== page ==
MacGyver has to go across the border to retreive a top-secret aircraft that was shot down. Nikki comes along, which Mac does not appreciate. However, alone in the mountains makes Nikki and Mac get along. A pyscic is working for the enemey, but wants to help Mac and Nikki destroy the aircraft. Mac is against the pyscic and believes he's a fake. However, by the end, Mac is convinced that the pyscic is real and they bond. There are a lot of funny moments with Mac and Nikki in this episode. However, the story wasn't very interesting. Overall, just an average episode.
A very important plane, a design that was sort of top secret has crashed and Pete asks MacGyver to look for it. But he won't go alone, Nikki Carpenter will come with him and they will pose as a married couple. Of course, Mac is not very happy about this but they go together. They realize that Starkoss, a Russian psychic, is helping find the plane and the pilot. Mac is very skeptic at the beginning, claiming he has all the data to find the plane but Nikki is a believer, she's confused. Mac goes on alone, but Nikki joins him in the mountains after getting in a lot of trouble. Starkoss asks them to meet him so he can cross the border and be a free man.
It was a good episode. One thing I'm always going to love about this show is the beautiful landscapes. I loved every balloon scene. They were exciting.
I still don't know why many people didn't like Nikki Carpenter. Maybe she could've been a little annoying sometimes, but she didn't need to be in every episode, just every now and then. She and Mac had a very good chemistry and it was good to see a girl around.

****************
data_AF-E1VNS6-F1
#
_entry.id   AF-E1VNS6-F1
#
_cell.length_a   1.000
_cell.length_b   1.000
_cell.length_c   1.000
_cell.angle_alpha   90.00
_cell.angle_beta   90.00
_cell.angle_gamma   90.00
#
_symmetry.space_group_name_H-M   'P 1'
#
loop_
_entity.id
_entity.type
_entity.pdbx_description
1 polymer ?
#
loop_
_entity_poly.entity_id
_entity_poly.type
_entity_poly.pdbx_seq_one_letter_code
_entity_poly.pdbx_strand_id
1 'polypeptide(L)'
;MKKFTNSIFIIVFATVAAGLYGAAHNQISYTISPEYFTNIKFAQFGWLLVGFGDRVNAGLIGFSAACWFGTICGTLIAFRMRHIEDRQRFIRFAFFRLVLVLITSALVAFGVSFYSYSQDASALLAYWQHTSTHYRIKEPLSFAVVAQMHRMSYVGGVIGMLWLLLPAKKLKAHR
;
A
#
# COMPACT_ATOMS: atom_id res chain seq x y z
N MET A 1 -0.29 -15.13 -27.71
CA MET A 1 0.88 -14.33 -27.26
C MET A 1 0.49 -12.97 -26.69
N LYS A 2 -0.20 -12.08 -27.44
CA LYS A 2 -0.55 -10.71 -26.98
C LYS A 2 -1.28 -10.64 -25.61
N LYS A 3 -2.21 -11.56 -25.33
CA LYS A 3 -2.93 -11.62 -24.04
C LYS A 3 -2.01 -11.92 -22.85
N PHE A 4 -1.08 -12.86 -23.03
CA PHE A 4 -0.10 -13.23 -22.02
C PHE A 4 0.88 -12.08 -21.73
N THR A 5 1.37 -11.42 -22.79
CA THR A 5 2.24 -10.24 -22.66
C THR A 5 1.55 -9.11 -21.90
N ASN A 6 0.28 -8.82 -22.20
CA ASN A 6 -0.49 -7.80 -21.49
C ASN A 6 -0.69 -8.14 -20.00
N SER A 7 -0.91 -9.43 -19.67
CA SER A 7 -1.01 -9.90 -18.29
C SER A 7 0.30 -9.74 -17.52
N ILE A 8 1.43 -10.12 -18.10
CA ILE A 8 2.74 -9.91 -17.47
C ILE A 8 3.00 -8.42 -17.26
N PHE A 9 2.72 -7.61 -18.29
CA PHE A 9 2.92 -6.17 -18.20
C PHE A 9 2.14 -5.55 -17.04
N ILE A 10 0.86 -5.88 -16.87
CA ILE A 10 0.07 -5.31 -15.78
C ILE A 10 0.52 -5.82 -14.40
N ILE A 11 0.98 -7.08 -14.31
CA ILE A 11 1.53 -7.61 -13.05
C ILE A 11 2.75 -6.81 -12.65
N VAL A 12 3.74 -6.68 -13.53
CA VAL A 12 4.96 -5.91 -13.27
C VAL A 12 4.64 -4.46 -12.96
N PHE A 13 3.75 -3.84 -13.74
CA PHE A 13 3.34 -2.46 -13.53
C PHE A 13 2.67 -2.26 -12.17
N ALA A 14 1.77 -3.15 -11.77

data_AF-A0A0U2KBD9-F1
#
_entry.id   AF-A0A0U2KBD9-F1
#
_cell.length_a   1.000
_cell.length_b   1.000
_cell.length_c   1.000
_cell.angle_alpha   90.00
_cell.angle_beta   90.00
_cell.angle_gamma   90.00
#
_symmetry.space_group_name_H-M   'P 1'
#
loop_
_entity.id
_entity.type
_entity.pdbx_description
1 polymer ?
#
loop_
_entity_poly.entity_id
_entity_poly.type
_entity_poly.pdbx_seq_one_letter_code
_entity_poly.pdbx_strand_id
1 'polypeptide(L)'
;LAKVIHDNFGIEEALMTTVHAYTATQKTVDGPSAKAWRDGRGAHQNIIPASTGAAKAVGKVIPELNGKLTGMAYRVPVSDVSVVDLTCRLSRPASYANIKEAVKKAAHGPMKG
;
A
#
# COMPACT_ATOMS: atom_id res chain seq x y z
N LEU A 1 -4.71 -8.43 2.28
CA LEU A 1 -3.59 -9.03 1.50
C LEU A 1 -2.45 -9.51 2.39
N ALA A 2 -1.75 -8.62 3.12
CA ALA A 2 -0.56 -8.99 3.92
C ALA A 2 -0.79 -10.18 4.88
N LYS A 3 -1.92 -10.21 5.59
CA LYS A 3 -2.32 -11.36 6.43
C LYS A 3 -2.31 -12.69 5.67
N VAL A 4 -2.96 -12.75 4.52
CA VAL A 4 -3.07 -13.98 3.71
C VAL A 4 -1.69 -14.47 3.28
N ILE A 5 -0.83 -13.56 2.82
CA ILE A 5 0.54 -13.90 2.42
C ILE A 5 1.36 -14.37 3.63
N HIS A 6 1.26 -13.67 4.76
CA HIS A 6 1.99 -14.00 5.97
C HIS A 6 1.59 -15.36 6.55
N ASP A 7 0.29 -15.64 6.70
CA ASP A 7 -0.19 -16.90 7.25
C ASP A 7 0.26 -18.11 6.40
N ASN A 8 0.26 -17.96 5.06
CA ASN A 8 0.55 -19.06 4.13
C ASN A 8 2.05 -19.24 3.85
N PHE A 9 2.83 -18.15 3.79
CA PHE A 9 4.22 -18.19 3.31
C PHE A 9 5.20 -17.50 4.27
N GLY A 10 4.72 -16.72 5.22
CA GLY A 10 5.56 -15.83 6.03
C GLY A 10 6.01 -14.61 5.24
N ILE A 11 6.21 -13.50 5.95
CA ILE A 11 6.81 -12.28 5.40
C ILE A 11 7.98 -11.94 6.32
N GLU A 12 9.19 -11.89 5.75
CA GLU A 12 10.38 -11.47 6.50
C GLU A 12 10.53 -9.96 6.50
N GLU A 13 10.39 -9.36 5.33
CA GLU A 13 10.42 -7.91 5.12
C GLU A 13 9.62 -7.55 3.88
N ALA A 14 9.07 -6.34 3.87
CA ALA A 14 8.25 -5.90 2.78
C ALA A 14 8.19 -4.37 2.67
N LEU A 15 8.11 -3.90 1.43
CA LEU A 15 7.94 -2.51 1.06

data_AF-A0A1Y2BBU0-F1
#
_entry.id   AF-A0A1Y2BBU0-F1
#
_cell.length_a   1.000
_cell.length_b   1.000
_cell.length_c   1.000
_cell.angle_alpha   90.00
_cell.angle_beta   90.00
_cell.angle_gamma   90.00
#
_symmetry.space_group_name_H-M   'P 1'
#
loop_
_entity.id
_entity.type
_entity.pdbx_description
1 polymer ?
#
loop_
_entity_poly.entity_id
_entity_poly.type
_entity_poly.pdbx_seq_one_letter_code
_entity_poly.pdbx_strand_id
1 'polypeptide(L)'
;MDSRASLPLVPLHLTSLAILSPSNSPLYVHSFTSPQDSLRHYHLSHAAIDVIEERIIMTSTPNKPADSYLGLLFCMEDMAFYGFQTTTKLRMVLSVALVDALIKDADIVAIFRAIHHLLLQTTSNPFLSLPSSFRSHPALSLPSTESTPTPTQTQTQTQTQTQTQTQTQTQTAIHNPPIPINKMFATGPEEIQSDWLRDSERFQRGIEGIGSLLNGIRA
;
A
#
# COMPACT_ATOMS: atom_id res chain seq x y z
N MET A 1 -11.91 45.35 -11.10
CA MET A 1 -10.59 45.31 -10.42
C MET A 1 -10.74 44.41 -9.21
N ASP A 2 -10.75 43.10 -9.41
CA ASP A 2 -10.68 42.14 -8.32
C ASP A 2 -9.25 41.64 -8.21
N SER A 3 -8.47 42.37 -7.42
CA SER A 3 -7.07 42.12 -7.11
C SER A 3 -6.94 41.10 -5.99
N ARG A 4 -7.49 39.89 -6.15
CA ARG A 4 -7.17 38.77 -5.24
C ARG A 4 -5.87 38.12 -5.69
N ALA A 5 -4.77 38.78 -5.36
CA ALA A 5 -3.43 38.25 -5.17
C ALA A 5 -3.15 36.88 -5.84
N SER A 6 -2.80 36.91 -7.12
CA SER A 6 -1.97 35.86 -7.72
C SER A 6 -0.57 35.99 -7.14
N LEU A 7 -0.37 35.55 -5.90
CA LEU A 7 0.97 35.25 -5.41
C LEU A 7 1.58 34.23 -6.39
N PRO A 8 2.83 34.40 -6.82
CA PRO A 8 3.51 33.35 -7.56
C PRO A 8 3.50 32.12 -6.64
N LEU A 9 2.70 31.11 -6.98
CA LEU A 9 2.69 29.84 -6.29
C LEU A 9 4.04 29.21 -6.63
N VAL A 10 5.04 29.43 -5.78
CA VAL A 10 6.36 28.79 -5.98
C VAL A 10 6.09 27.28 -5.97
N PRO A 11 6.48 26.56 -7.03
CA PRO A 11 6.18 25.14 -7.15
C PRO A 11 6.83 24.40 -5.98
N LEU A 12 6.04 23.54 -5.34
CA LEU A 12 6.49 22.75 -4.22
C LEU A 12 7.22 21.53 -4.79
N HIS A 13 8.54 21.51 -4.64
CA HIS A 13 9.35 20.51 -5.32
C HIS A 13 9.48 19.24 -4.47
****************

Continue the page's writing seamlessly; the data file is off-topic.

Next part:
It was kind of sad when Starkoss told Mac that his mother forgave him for not being at her funeral. Mac was shocked, and somehow understands that yes, it wasn't his fault,but he's not very convinced and we'll see this situation addressed in an upcoming season.
The "macgyverisms" were fun, especially the whole balloon thing. LG
MacGyver reaches his milestone 50th episode with a whimpering audience response, generating a season-low 11.2 rating...and I'm sure the crew was really starting to get nervous given the soft performance thus far in the season and the new ABC programming executive's indifference towards the modest success of MacGyver. Contentwise, the episode impressed. Even though the airborne jet footage was clearly lifted from "Top Gun", the heavy spyjinks really introduced this Cold War-era themed episode with a spark, particularly the haunting scene that introduces us to the psychic Starkos, played wonderfully by character actor Walter Gotell. The tone lightened considerably with the MacGyver and Nikki banter in the mountains of East Germany, but generally the sexual tension was as well-played as possible in the hands of two capable actors (although most fans and even MacGyver crew members were peeved about the network's insistence on the introduction of a Moonlighting-esque boy-girl detective theme). The adventure rolls at a steady pace until the emotional and brilliantly-directed scenes with Starkos and MacGyver in the Army barracks, and the outrageous climactic scene with the hot air balloon escape.
While I generally share the misgivings by fans on ABC trying to turn MacGyver into Moonlighting (and this episode was the peak of that dynamic between MacGyver and Nikki) and I have to dock a point or two on my overall score for it, it's hard not to applaud the outstanding writing effort by Calvin Clements, Jr. and director Michael Vejar.
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